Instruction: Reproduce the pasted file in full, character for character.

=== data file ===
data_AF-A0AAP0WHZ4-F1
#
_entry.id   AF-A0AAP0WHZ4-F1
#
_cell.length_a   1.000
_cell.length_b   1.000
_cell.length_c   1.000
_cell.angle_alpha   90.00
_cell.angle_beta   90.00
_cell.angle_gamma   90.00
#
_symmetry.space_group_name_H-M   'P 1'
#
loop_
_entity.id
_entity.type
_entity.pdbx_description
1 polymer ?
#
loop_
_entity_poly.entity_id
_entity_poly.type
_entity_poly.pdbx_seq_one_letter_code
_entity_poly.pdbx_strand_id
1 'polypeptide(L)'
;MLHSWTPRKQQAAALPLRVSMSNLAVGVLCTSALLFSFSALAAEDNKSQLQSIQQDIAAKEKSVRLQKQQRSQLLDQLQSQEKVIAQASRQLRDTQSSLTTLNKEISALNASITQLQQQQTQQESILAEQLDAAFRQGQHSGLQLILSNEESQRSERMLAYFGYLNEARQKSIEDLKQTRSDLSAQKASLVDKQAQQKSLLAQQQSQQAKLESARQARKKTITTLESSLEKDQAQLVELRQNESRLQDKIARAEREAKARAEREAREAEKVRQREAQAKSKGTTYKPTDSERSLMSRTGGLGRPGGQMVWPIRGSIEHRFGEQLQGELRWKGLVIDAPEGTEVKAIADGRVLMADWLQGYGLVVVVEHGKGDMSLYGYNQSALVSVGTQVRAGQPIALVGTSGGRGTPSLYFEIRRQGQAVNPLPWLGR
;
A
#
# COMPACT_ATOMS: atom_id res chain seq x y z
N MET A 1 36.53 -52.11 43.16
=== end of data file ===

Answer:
data_AF-A0AAP0WHZ4-F1
#
_entry.id   AF-A0AAP0WHZ4-F1
#
_cell.length_a   1.000
_cell.length_b   1.000
_cell.length_c   1.000
_cell.angle_alpha   90.00
_cell.angle_beta   90.00
_cell.angle_gamma   90.00
#
_symmetry.space_group_name_H-M   'P 1'
#
loop_
_entity.id
_entity.type
_entity.pdbx_description
1 polymer ?
#
loop_
_entity_poly.entity_id
_entity_poly.type
_entity_poly.pdbx_seq_one_letter_code
_entity_poly.pdbx_strand_id
1 'polypeptide(L)'
;MLHSWTPRKQQAAALPLRVSMSNLAVGVLCTSALLFSFSALAAEDNKSQLQSIQQDIAAKEKSVRLQKQQRSQLLDQLQSQEKVIAQASRQLRDTQSSLTTLNKEISALNASITQLQQQQTQQESILAEQLDAAFRQGQHSGLQLILSNEESQRSERMLAYFGYLNEARQKSIEDLKQTRSDLSAQKASLVDKQAQQKSLLAQQQSQQAKLESARQARKKTITTLESSLEKDQAQLVELRQNESRLQDKIARAEREAKARAEREAREAEKVRQREAQAKSKGTTYKPTDSERSLMSRTGGLGRPGGQMVWPIRGSIEHRFGEQLQGELRWKGLVIDAPEGTEVKAIADGRVLMADWLQGYGLVVVVEHGKGDMSLYGYNQSALVSVGTQVRAGQPIALVGTSGGRGTPSLYFEIRRQGQAVNPLPWLGR
;
A
#
# COMPACT_ATOMS: atom_id res chain seq x y z
N MET A 1 36.53 -52.11 43.16